Summary and book reviews of Without You, There Is No Us by Suki Kim

Without You, There Is No Us

My Time with the Sons of North Korea's Elite

by Suki Kim

Without You, There Is No Us by Suki Kim
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    Readers' Opinion:

     Not Yet Rated
  • First Published:
    Oct 2014, 304 pages
    Paperback:
    Oct 2015, 304 pages

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Book Reviewed by:
Kim Kovacs

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Book Summary

A haunting memoir of teaching English to the sons of North Korea's ruling class during the last six months of Kim Jong-il's reign

Every day, three times a day, the students march in two straight lines, singing praises to Kim Jong-il and North Korea: Without you, there is no motherland. Without you, there is no us. It is a chilling scene, but gradually Suki Kim, too, learns the tune and, without noticing, begins to hum it. It is 2011, and all universities in North Korea have been shut down for an entire year, the students sent to construction fields - except for the 270 students at Pyongyang University of Science and Technology (PUST), a walled compound where portraits of Kim Il-sung and Kim Jong-il look on impassively from the walls of every room, and where Suki has accepted a job teaching English. Over the next six months, she will eat three meals a day with her young charges and struggle to teach them to write, all under the watchful eye of the regime.

Life at PUST is lonely and claustrophobic, especially for Suki, whose letters are read by censors and who must hide her notes and photographs not only from her minders but from her colleagues - evangelical Christian missionaries who don't know or choose to ignore that Suki doesn't share their faith. She is mystified by how easily her students lie, unnerved by their obedience to the regime. To them, everything in North Korea is the best, the tallest, the most delicious, the envy of all nations. Still, she cannot help but love them - their boyish enthusiasm, their eagerness to please, the flashes of curiosity that have not yet been extinguished.

As the weeks pass, she begins to hint at the existence of a world beyond their own - at such exotic activities as surfing the Internet or traveling freely and, more dangerously, at electoral democracy and other ideas forbidden in a country where defectors risk torture and execution. The students in turn offer Suki tantalizing glimpses into their lives, from their thoughts on how to impress girls to their disappointment that soccer games are only televised when the North Korean team wins. Then Kim Jong-il dies, leaving the students devastated, and leading Suki to question whether the gulf between her world and theirs can ever be bridged.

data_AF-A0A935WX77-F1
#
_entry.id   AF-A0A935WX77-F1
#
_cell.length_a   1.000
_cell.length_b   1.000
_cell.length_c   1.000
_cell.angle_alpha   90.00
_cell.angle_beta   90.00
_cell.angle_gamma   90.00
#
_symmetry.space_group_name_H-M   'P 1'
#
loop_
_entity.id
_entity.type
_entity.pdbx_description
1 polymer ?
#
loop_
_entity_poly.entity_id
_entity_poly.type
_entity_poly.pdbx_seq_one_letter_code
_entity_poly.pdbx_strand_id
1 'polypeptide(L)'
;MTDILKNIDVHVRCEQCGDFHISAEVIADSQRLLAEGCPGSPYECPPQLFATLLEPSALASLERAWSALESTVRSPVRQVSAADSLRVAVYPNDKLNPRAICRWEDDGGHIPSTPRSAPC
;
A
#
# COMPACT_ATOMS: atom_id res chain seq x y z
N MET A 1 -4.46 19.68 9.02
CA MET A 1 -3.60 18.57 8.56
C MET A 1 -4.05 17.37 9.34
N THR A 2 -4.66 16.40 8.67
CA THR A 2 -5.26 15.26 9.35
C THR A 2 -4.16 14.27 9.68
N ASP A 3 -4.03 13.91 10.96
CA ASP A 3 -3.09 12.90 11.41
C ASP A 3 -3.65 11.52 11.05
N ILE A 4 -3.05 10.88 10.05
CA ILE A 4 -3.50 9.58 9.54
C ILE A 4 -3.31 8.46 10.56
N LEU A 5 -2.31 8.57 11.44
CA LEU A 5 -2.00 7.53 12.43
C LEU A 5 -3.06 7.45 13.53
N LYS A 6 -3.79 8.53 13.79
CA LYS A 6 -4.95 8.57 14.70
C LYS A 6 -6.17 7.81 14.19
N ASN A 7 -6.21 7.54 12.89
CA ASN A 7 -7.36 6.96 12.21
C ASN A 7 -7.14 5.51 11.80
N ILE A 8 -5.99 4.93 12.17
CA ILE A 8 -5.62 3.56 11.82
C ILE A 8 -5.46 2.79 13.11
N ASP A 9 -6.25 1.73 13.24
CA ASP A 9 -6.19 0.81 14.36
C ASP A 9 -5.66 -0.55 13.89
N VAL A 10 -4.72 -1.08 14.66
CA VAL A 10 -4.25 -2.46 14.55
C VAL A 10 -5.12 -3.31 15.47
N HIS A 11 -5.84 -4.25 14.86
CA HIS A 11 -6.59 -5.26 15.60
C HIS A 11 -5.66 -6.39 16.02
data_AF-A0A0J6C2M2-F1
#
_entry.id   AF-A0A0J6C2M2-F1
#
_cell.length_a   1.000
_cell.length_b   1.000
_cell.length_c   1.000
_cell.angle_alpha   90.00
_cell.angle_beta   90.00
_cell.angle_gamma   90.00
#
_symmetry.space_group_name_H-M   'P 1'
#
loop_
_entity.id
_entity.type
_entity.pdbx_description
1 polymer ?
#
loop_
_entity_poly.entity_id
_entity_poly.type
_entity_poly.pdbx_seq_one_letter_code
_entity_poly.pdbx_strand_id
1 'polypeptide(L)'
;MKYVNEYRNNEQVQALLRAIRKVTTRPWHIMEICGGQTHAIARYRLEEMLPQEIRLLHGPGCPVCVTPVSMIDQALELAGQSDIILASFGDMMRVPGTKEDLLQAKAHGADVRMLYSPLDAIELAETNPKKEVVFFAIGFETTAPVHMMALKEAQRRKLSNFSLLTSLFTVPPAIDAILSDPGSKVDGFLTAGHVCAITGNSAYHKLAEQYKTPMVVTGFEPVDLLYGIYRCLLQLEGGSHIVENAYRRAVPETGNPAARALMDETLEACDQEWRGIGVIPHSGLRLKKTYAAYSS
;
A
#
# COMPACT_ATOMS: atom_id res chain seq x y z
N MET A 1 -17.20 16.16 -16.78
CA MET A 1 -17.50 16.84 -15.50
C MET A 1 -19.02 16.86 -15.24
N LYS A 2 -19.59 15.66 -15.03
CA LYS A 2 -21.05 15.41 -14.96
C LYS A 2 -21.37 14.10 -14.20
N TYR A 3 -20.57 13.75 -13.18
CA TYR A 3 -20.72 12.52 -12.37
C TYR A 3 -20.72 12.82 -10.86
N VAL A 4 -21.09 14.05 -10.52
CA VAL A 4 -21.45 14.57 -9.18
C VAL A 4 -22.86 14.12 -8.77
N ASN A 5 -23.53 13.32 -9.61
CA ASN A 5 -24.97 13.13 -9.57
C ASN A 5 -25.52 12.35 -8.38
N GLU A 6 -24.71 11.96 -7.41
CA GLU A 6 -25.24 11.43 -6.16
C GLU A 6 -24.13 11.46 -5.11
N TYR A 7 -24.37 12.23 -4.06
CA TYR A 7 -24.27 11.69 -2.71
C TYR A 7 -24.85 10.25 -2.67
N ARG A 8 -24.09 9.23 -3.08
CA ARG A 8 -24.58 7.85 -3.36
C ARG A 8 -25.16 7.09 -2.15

Without You, There Is No Us offers a moving and incalculably rare glimpse of life in the world's most unknowable country, and at the privileged young men she calls "soldiers and slaves."

3

AS IT HAPPENED, THE FIRST DAY OF CLASS—THE DAY WHEN A group of mostly American teachers took on the education of 270 North Korean young men—fell on July Fourth, but no one seemed to notice the irony. There was no red, white, and blue here. No barbecues and fireworks. Never having taught English as a second language before, I felt nervous as well as excited. Remembering the dress code, I put on a light blue button-down shirt, a calf-length gray skirt, and a pair of low heels. I had been warned that women generally did not wear pants in North Korea, and I could not remember ever having seen them on previous trips to Pyongyang.

At 7:15 a.m., I stood outside my dormitory facing the five-story structure where classes were held, known as the IT (Information Technology) building. To its left was the monument I had seen when we first drove in. Students called it the Forever Tower because the words OUR GREAT LEADER IS FOREVER WITH US were carved into one side, top to bottom. It ...

Please be aware that this discussion guide may contain spoilers!
  1. Before reading Suki Kim's memoir, what were your impressions about life in North Korea? By the end of the book, had your understanding changed? How does Suki's account differ from others you may have read?

  2. In Chapter 1, Suki writes that the "unrequited heartbreak" of her family's separation during the Korean War prompted her to undertake repeated trips to North Korea. How does this background inform the narrative? Have you ever returned to your family's country (or countries) of origin? How connected do you feel to the cultures of your ancestors?